Totally get the "each trip could be my last" thing, 'cause I tend to think that way due to my back, but you also kind of embody the whole "age is just a number" sentiment. Plus you spend so much time outdoors, and in a tent...
    Now you've got me wanting to try sweet potatoes with quinoa, too.

    I've been talking myself in and out of a 2p tent for awhile(my little 1p shelters are a lot less livable with inner nets), and that Anaris checks a lot of boxes for me. I especially like that Hilleberg doesn't make the compromises with materials that other makers do.

  16. #36

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    Quote Originally Posted by GreatDane View Post
    Years ago I found this in an ad for hiking boots (can't remember the brand so I can't properly attribute):

    You could get mauled by a bear and die.
    You could get bit by a snake and die.
    You could fall off a cliff and die.
    You could get gored by a bison and die.
    You could get struck by lightening and die.
    You could get shot by a hunter and die.
    You could get attacked by fire ants and die.

    Or you could stay home on the couch, eat potato chips and die.


    It's on the wall in my office. Although it probably should be right next to my comfy chair.

    And yes, Tipi, I remember the smell of freshly ironed fabric. When I was a kid, every Tuesday was ironing day, all day. Long before permanent press fabrics, so everything, right down to the sheets and pillowcases, was ironed. I imagine my Mom was thrilled when her girls were old enough to take over that task for her.

    But I digress. I did get a chance to do enough research on dwr treatments on new tents yesterday to be able to ask Hilleberg a reasonably intelligent question. Will try to get on that over the weekend and let you all know what I find out.
    Stay at home on the couch eating potato chips and die---about says it all.

    Hopefully Hilleberg will give you an adequate explanation of their use of DWR.

    Quote Originally Posted by OwenM View Post
    Figured you might want more ventilation. It's warm out there!
    Totally get the "each trip could be my last" thing, 'cause I tend to think that way due to my back, but you also kind of embody the whole "age is just a number" sentiment. Plus you spend so much time outdoors, and in a tent...
    Now you've got me wanting to try sweet potatoes with quinoa, too.

    I've been talking myself in and out of a 2p tent for awhile(my little 1p shelters are a lot less livable with inner nets), and that Anaris checks a lot of boxes for me. I especially like that Hilleberg doesn't make the compromises with materials that other makers do.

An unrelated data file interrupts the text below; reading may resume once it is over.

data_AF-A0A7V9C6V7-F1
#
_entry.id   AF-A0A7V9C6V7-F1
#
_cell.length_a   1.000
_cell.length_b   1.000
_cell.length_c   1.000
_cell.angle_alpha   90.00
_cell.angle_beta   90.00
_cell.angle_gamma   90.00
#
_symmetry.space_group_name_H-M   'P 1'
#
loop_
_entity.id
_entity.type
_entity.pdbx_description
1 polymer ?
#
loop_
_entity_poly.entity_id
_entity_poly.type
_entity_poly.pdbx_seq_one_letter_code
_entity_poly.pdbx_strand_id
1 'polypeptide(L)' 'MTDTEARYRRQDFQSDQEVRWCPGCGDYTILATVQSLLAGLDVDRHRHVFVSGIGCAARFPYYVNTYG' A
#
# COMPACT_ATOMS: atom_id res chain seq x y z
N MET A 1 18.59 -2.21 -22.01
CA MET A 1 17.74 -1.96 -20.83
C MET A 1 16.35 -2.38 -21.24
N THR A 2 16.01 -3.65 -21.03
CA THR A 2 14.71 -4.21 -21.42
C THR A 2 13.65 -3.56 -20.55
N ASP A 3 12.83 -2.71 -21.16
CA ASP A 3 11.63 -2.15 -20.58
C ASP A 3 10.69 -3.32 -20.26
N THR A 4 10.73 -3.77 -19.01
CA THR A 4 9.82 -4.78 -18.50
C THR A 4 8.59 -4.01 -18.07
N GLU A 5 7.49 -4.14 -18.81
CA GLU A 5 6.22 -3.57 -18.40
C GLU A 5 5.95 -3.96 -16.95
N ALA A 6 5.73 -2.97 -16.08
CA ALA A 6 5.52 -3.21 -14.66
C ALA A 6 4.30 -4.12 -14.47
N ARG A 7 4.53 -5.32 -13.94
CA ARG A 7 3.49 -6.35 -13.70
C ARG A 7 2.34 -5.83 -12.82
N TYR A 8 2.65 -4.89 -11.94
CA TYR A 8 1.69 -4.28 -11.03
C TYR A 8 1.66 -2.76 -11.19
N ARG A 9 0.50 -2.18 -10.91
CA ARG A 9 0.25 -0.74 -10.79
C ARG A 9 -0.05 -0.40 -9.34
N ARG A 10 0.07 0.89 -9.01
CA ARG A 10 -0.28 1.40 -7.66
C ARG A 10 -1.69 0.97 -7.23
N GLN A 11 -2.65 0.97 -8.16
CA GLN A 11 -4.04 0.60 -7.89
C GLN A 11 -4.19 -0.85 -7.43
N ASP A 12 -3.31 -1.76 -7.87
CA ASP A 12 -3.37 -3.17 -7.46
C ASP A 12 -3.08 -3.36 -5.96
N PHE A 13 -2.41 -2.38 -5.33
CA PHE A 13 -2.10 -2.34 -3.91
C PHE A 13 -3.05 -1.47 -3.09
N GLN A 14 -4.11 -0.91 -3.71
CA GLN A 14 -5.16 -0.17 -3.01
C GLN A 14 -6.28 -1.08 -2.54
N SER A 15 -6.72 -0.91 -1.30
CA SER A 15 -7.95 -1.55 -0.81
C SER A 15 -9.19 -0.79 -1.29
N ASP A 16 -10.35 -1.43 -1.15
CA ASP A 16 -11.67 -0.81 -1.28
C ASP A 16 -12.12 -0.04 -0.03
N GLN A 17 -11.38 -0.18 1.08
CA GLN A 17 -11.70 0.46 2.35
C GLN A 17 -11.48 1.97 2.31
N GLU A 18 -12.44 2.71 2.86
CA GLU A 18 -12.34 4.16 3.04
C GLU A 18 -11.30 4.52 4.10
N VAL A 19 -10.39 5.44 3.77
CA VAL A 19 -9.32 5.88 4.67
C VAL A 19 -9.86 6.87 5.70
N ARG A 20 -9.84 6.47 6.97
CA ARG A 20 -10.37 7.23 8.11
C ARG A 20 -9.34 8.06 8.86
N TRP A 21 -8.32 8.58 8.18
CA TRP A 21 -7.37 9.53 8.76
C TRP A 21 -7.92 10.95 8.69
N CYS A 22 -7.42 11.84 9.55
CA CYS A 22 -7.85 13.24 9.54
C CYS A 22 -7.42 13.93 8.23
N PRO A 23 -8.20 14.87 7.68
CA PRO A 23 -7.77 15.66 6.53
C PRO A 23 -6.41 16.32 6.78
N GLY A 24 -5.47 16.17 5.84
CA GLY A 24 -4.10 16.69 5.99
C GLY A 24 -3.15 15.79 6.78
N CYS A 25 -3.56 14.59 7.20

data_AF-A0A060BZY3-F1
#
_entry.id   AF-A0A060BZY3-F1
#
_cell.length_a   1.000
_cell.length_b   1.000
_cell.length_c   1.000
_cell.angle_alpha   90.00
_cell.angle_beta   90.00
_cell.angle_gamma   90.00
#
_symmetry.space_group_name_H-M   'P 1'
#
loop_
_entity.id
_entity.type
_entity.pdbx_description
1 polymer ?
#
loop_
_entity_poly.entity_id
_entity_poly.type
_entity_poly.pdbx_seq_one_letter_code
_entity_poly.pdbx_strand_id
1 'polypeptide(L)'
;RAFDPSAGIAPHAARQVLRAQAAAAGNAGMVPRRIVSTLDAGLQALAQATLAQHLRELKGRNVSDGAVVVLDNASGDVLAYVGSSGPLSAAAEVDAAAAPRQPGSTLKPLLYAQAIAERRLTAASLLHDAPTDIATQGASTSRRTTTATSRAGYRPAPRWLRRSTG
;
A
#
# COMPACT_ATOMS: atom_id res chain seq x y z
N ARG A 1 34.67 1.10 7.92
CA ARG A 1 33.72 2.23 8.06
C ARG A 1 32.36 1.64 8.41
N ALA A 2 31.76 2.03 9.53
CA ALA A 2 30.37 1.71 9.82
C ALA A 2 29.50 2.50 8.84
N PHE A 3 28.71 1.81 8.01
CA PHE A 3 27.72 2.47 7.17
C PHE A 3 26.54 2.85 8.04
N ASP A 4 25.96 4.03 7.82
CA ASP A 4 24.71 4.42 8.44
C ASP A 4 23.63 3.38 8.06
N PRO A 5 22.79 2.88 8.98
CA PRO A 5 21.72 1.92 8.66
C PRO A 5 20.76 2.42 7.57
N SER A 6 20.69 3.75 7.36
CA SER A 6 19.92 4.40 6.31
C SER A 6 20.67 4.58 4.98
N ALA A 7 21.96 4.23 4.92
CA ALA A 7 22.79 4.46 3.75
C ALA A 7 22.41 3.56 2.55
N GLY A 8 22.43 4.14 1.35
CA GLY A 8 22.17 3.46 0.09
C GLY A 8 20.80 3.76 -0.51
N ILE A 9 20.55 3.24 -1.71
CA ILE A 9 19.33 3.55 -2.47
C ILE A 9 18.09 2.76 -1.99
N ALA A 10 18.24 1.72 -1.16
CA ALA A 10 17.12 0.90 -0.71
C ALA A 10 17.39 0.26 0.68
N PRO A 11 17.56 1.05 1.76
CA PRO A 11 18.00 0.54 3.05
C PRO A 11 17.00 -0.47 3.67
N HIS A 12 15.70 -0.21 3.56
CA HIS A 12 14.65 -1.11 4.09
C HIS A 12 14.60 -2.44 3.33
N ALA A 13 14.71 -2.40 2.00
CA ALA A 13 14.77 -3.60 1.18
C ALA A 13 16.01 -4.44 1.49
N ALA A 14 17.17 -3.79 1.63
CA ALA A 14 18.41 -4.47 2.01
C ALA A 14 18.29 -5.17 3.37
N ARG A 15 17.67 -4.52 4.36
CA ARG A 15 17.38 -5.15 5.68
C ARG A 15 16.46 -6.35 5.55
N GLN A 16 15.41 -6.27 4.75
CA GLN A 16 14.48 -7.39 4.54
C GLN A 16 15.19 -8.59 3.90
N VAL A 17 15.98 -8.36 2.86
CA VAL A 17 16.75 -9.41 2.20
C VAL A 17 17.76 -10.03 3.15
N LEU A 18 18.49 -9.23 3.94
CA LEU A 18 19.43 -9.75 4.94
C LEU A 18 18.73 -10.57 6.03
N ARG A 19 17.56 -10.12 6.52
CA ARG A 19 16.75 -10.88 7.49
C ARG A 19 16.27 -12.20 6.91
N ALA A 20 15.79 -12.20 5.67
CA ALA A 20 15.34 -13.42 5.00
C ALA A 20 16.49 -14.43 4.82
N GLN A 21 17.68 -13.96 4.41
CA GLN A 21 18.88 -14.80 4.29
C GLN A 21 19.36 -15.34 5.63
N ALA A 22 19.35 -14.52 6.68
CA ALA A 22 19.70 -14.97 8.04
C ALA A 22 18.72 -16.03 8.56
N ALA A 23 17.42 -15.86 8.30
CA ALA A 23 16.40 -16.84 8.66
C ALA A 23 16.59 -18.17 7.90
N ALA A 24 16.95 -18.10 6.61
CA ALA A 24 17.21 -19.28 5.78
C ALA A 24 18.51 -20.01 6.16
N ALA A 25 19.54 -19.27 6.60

What's even better is small red potatoes with quinoa.

    If I survive this summer and get past winter I'll most certainly purchase the Anaris next spring in prep for next summer's heat. It's a tent that can go from a full double wall shelter to a fully ventilated tent---

    AnarisSnd-Configurations-FullTent-TrekkingPoles-Closed-2071-ZacharyBurns-sm.jpg
    Full lockdown.

    AnarisSnd-Configurations-FullTent-TrekkingPoles-1WallUp-VestibulesDown-2331-ZacharyBurns-sm.jpg
    Partial venting.

    AnarisSnd-Configurations-FullTent-TrekkingPoles-2WallsUp-2308-ZacharyBurns-sm.jpg
    Complete venting---notice fly is rolled up on top of tent peak.

  17. #37
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    Quote Originally Posted by Tipi Walter View Post
    Will any of us die alone, in pain, thirsty, nobody looking for us??

    To spend any energy thinking about this is wasted energy. Such energy is better spent getting outdoors and backpacking---because life is too short to be spent indoors.

    You bring up the endless What If component to backpacking. What if I get hit by lightning? What if I get rattlesnake bit? What if I get tick disease? What if I get rabies? What if I freeze? Couch potatoes have the same worries---what if I have a stroke? A heart attack? Get a nasty virus?

    Laurence Gonzales wrote a great book---Deep Survival: Who Lives, Who Dies, And Why. He ends it with this quote---

    "We can live a life of bored caution and die of cancer."
    I had that book, then gave it to a young man who was interested in the topic. And of course you're completely right. The couch potatoes may be closer to an ambulance, but who really wants to waste away tethered to civilization because your vital organs are incapacitated by disease? Not me.

  18. #38